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One of My Favorite Ways to Play Gold Right Now

Kevin McElroy

It seems like almost every analyst with even a small interest in gold is on the GLD bandwagon. The exchange traded fund introduced by State Street Global Advisors in November of 2004 has so much popular appeal and media coverage that you'd think it was the only way to invest in gold.

The idea is, every share of GLD represents 1/10 of an ounce of real gold that the ETF's custodians keep in a vault in London. No, you can't visit your gold, nor can you have them ship it to you. Indeed, there's no way the gold in their vault will ever end up in your hands - but they do have daily and weekly updates about how much gold they have, and how much they've bought and sold. To date, they hold more than 1232 metric tons of gold bullion, worth more than $68 billion.

So why do I think it's boring?

As someone who personally owns physical gold, I can't understand why gold investors would be interested in owning GLD. It offers none of the benefits of owning physical gold, and none of the upside of buying a gold security.

Having physical gold in your possession is a security blanket; it protects your bottom dollars from the eventuality of a currency crisis. But having it in a vault in London won't do you any good in that event.

Buying a gold security, like a junior miner, explorer, royalty trust or refiner gives you the potential to multiply gains made in the price of gold. But GLD only barely keeps pace. It will never multiply gains made in gold unless you want to trade GLD options.

Okay, so it's not a total bust. GLD has ridiculously low fees, so any gains made in the yellow metal are almost entirely passed onto the ETF shareholders. And unlike holding the physical metal, there are no transaction costs outside of what your broker charges you to buy shares.

And I can see how regular investors might want to get a little exposure to gold as a hedge in their portfolio.

But if you're a true believer that gold is headed for much higher numbers, it doesn't make much sense to hold GLD.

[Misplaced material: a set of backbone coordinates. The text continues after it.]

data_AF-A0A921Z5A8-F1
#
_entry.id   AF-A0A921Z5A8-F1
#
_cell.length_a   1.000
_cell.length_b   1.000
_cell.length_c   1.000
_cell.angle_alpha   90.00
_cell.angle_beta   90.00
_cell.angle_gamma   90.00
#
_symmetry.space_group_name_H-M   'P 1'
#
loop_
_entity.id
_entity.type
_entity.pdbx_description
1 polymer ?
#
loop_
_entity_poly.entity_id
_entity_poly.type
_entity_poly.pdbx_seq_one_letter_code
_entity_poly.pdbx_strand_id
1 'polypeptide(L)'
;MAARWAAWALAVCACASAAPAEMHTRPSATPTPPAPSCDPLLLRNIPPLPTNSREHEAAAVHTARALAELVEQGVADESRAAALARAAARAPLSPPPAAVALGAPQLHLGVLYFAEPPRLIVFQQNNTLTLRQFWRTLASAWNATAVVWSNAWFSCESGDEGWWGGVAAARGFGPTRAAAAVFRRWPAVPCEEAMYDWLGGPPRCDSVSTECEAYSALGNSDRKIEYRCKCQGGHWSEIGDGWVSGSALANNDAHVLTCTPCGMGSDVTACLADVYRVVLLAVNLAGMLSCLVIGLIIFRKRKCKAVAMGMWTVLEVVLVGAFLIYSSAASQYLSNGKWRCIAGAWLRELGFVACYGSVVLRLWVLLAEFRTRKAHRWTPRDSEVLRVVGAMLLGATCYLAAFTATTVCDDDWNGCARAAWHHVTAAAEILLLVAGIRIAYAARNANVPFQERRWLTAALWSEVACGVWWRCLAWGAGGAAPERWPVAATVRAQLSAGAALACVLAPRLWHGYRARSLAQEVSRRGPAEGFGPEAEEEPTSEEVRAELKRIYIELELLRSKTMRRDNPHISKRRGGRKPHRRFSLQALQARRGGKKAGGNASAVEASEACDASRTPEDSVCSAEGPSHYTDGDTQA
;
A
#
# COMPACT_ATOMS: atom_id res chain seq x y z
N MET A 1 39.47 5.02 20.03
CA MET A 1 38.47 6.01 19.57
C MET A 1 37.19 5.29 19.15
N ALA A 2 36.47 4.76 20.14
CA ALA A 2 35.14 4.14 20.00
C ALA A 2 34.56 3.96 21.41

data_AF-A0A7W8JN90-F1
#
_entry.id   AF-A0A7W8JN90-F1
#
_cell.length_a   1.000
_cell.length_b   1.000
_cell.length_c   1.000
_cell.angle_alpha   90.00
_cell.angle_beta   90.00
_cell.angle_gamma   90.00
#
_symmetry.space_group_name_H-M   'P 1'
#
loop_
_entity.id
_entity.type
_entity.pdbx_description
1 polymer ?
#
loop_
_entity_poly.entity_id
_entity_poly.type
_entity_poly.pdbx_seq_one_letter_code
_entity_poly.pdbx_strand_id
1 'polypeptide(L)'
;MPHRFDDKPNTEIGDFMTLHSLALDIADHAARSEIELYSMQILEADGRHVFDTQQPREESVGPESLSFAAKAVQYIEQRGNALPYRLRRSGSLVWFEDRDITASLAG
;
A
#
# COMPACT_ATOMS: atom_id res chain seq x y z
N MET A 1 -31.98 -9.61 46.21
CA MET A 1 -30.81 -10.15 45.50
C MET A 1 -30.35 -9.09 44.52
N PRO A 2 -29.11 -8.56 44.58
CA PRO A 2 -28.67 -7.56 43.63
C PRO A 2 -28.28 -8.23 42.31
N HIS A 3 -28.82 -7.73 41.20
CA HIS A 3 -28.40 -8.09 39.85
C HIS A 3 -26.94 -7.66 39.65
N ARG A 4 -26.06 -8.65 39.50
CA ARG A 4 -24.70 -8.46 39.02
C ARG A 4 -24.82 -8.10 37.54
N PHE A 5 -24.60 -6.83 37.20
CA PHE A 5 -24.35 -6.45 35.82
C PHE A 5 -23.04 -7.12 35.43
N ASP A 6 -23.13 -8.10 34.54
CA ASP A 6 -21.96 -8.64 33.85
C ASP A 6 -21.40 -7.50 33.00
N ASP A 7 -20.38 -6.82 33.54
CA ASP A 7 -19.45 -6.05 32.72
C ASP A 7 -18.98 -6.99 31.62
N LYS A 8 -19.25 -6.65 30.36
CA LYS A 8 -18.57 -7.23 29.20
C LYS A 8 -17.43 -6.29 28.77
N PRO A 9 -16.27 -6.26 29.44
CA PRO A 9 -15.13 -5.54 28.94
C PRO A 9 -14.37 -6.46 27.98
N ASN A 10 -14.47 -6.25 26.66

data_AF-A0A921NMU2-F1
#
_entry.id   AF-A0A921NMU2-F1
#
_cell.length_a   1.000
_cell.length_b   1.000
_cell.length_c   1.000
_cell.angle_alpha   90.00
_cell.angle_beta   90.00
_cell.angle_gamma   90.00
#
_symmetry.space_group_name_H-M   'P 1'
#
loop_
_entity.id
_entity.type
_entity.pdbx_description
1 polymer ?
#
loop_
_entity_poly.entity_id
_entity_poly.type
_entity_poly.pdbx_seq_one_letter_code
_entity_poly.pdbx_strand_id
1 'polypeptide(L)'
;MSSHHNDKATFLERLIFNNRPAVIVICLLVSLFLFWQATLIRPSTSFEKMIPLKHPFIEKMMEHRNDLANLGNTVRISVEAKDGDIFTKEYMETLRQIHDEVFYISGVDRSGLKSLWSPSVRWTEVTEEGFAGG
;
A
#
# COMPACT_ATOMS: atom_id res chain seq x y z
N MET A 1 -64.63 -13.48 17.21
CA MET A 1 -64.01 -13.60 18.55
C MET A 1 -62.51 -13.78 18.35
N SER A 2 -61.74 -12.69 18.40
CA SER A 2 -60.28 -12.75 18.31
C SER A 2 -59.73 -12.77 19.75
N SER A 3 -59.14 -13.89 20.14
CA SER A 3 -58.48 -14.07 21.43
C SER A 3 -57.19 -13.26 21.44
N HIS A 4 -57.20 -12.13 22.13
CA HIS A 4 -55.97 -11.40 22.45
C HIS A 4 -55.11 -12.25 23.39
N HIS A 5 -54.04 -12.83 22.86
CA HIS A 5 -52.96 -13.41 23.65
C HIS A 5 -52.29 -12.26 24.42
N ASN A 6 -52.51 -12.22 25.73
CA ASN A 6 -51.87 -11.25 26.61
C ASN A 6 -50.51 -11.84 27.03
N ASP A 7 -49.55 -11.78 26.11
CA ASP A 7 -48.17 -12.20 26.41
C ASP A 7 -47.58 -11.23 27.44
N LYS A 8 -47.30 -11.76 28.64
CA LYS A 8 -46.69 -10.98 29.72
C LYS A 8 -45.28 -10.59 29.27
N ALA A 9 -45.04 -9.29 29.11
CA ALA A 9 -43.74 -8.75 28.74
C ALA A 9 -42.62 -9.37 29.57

Furthermore, if you want to get rich from gold, the physical bars and coins won't ever do that for you. Physical gold is great as a store of value. That's all. The best we can realistically hope for is that it will stay one step ahead of inflation, and protect our principle. Physical gold has never, ever paid a dividend. There's no compound interest. No cash-flow.

If you want to get rich, you have to stick your neck out a little and buy stock in small gold companies. It's said that only one gold venture in a thousand will ever get any gold out of the ground - so it's vitally important to buy the best of breed. A junior gold company that can actually mine gold and bring it to market can multiply gold's gains many times over.

Unfortunately, most junior gold companies go belly up. And even worse: most of the geologists and marketers in the junior gold business are glorified con-artists. They might not have any gold at all, but they hope they can bump up the share price and sell their shares for a huge payday. Or they'll hope to cherry pick some drilling results and sell their stake to a bigger mining outfit before anyone's the wiser. Mark Twain famously said, "A gold mine is a hole in the ground with a liar standing next to it."

So, how can you tell who is the real deal, and who is another charlatan next to a pile of dirt? Well, the best way to separate the wheat from the chaff is to find a small company that's actually producing already. A firm that's beyond exploratory or drilling phases. You basically want to find a small company that's already proven it has gold by getting that gold out of the ground - and you want some obvious proof that they have lots more gold left.

As I spoke about several days ago, one of my favorite ways to play gold right now is the Market Vectors Gold Miners ETF (NYSE:GDXJ - News). The ETF offers a simple way to get diversification in the sector, and you'll save money on transaction fees by buying the ETF instead of the individual companies, and they actually have a pretty low annual expense ratio of just and 0.54%.

Also, if your brokerage doesn't let you buy shares on Canadian, Australian or other foreign exchanges, the ETF has a good mix of companies from those countries.

I'd consider averaging into the ETF as long as gold is falling. When it resumes the uptrend, I think GDXJ will quickly correct to the upside - so don't try to time any tops or bottoms. Average in over the next few days or weeks and you'll make out like a bandit

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